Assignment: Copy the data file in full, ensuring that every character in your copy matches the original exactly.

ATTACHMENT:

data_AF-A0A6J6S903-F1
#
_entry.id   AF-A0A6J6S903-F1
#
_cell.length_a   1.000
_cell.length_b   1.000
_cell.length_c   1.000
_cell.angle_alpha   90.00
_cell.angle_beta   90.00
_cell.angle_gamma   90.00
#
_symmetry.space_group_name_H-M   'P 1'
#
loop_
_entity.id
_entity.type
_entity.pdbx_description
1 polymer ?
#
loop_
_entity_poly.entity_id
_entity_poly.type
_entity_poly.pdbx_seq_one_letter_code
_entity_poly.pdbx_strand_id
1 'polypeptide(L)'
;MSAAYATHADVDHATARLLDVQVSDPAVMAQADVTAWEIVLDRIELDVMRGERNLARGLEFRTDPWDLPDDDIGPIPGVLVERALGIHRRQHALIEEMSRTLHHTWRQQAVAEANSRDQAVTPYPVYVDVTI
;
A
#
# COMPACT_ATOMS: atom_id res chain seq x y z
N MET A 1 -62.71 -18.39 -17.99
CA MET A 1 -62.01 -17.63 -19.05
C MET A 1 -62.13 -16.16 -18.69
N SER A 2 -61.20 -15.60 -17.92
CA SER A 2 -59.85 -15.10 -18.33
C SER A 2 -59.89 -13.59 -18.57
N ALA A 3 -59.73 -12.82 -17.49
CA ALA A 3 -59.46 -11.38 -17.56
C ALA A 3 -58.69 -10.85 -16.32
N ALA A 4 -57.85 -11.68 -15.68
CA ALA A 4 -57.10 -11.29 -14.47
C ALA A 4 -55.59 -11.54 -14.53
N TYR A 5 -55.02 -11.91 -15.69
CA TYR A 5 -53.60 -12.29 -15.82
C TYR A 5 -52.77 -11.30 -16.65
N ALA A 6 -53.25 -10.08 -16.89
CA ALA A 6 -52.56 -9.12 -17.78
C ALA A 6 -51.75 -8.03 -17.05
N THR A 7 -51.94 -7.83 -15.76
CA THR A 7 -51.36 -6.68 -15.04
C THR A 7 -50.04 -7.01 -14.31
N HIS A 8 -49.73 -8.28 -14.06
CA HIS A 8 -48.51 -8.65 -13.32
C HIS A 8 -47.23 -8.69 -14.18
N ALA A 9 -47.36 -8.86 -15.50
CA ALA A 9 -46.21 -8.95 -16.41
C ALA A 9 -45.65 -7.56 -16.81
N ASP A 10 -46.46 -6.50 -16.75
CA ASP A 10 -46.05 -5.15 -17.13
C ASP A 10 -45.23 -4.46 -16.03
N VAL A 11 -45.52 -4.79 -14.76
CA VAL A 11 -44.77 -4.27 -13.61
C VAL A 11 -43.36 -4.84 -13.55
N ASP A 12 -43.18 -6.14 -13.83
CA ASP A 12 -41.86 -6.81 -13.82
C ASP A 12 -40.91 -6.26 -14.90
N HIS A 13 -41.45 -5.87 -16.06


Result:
data_AF-A0A6J6S903-F1
#
_entry.id   AF-A0A6J6S903-F1
#
_cell.length_a   1.000
_cell.length_b   1.000
_cell.length_c   1.000
_cell.angle_alpha   90.00
_cell.angle_beta   90.00
_cell.angle_gamma   90.00
#
_symmetry.space_group_name_H-M   'P 1'
#
loop_
_entity.id
_entity.type
_entity.pdbx_description
1 polymer ?
#
loop_
_entity_poly.entity_id
_entity_poly.type
_entity_poly.pdbx_seq_one_letter_code
_entity_poly.pdbx_strand_id
1 'polypeptide(L)'
;MSAAYATHADVDHATARLLDVQVSDPAVMAQADVTAWEIVLDRIELDVMRGERNLARGLEFRTDPWDLPDDDIGPIPGVLVERALGIHRRQHALIEEMSRTLHHTWRQQAVAEANSRDQAVTPYPVYVDVTI
;
A
#
# COMPACT_ATOMS: atom_id res chain seq x y z
N MET A 1 -62.71 -18.39 -17.99
CA MET A 1 -62.01 -17.63 -19.05
C MET A 1 -62.13 -16.16 -18.69
N SER A 2 -61.20 -15.60 -17.92
CA SER A 2 -59.85 -15.10 -18.33
C SER A 2 -59.89 -13.59 -18.57
N ALA A 3 -59.73 -12.82 -17.49
CA ALA A 3 -59.46 -11.38 -17.56
C ALA A 3 -58.69 -10.85 -16.32
N ALA A 4 -57.85 -11.68 -15.68
CA ALA A 4 -57.10 -11.29 -14.47
C ALA A 4 -55.59 -11.54 -14.53
N TYR A 5 -55.02 -11.91 -15.69
CA TYR A 5 -53.60 -12.29 -15.82
C TYR A 5 -52.77 -11.30 -16.65
N ALA A 6 -53.25 -10.08 -16.89
CA ALA A 6 -52.56 -9.12 -17.78
C ALA A 6 -51.75 -8.03 -17.05
N THR A 7 -51.94 -7.83 -15.76
CA THR A 7 -51.36 -6.68 -15.04
C THR A 7 -50.04 -7.01 -14.31
N HIS A 8 -49.73 -8.28 -14.06
CA HIS A 8 -48.51 -8.65 -13.32
C HIS A 8 -47.23 -8.69 -14.18
N ALA A 9 -47.36 -8.86 -15.50
CA ALA A 9 -46.21 -8.95 -16.41
C ALA A 9 -45.65 -7.56 -16.81
N ASP A 10 -46.46 -6.50 -16.75
CA ASP A 10 -46.05 -5.15 -17.13
C ASP A 10 -45.23 -4.46 -16.03
N VAL A 11 -45.52 -4.79 -14.76
CA VAL A 11 -44.77 -4.27 -13.61
C VAL A 11 -43.36 -4.84 -13.55
N ASP A 12 -43.18 -6.14 -13.83
CA ASP A 12 -41.86 -6.81 -13.82
C ASP A 12 -40.91 -6.26 -14.90
N HIS A 13 -41.45 -5.87 -16.06